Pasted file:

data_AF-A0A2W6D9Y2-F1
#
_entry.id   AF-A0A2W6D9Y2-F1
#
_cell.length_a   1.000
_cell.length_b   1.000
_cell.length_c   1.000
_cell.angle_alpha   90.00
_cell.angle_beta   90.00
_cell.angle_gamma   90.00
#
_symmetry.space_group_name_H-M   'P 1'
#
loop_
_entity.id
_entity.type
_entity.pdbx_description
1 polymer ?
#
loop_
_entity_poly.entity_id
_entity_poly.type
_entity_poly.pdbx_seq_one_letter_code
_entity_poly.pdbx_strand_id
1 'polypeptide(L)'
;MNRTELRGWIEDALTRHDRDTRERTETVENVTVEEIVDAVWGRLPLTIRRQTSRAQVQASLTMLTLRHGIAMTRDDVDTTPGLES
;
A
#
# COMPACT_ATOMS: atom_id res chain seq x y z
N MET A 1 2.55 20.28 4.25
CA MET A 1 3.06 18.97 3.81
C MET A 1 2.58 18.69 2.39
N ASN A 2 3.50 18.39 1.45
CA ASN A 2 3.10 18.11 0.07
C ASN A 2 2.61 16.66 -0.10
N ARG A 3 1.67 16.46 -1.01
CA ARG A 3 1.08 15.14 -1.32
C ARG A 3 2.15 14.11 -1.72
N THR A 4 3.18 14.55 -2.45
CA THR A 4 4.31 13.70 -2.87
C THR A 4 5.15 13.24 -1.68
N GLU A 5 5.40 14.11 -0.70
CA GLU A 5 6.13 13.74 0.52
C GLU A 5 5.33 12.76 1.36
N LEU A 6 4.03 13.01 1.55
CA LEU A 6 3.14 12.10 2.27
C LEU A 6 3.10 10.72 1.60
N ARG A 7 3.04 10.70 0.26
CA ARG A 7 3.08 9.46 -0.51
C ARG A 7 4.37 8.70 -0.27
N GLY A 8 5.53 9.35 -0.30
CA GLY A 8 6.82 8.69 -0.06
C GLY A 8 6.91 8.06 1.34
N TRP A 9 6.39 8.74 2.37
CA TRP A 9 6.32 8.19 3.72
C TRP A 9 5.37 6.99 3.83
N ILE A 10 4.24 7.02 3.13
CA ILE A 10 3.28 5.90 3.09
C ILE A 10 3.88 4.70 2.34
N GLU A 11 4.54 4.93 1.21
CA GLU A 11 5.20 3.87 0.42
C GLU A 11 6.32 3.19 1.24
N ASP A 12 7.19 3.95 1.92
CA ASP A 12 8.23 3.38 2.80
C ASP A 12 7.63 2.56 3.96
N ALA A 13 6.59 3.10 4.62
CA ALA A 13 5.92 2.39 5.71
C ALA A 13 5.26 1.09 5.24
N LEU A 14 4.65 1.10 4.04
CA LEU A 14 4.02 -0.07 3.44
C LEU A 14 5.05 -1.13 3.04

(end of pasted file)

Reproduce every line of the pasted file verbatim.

data_AF-A0A2W6D9Y2-F1
#
_entry.id   AF-A0A2W6D9Y2-F1
#
_cell.length_a   1.000
_cell.length_b   1.000
_cell.length_c   1.000
_cell.angle_alpha   90.00
_cell.angle_beta   90.00
_cell.angle_gamma   90.00
#
_symmetry.space_group_name_H-M   'P 1'
#
loop_
_entity.id
_entity.type
_entity.pdbx_description
1 polymer ?
#
loop_
_entity_poly.entity_id
_entity_poly.type
_entity_poly.pdbx_seq_one_letter_code
_entity_poly.pdbx_strand_id
1 'polypeptide(L)'
;MNRTELRGWIEDALTRHDRDTRERTETVENVTVEEIVDAVWGRLPLTIRRQTSRAQVQASLTMLTLRHGIAMTRDDVDTTPGLES
;
A
#
# COMPACT_ATOMS: atom_id res chain seq x y z
N MET A 1 2.55 20.28 4.25
CA MET A 1 3.06 18.97 3.81
C MET A 1 2.58 18.69 2.39
N ASN A 2 3.50 18.39 1.45
CA ASN A 2 3.10 18.11 0.07
C ASN A 2 2.61 16.66 -0.10
N ARG A 3 1.67 16.46 -1.01
CA ARG A 3 1.08 15.14 -1.32
C ARG A 3 2.15 14.11 -1.72
N THR A 4 3.18 14.55 -2.45
CA THR A 4 4.31 13.70 -2.87
C THR A 4 5.15 13.24 -1.68
N GLU A 5 5.40 14.11 -0.70
CA GLU A 5 6.13 13.74 0.52
C GLU A 5 5.33 12.76 1.36
N LEU A 6 4.03 13.01 1.55
CA LEU A 6 3.14 12.10 2.27
C LEU A 6 3.10 10.72 1.60
N ARG A 7 3.04 10.70 0.26
CA ARG A 7 3.08 9.46 -0.51
C ARG A 7 4.37 8.70 -0.27
N GLY A 8 5.53 9.35 -0.30
CA GLY A 8 6.82 8.69 -0.06
C GLY A 8 6.91 8.06 1.34
N TRP A 9 6.39 8.74 2.37
CA TRP A 9 6.32 8.19 3.72
C TRP A 9 5.37 6.99 3.83
N ILE A 10 4.24 7.02 3.13
CA ILE A 10 3.28 5.90 3.09
C ILE A 10 3.88 4.70 2.34
N GLU A 11 4.54 4.93 1.21
CA GLU A 11 5.20 3.87 0.42
C GLU A 11 6.32 3.19 1.24
N ASP A 12 7.19 3.95 1.92
CA ASP A 12 8.23 3.38 2.80
C ASP A 12 7.63 2.56 3.96
N ALA A 13 6.59 3.10 4.62
CA ALA A 13 5.92 2.39 5.71
C ALA A 13 5.26 1.09 5.24
N LEU A 14 4.65 1.10 4.04
CA LEU A 14 4.02 -0.07 3.44
C LEU A 14 5.05 -1.13 3.04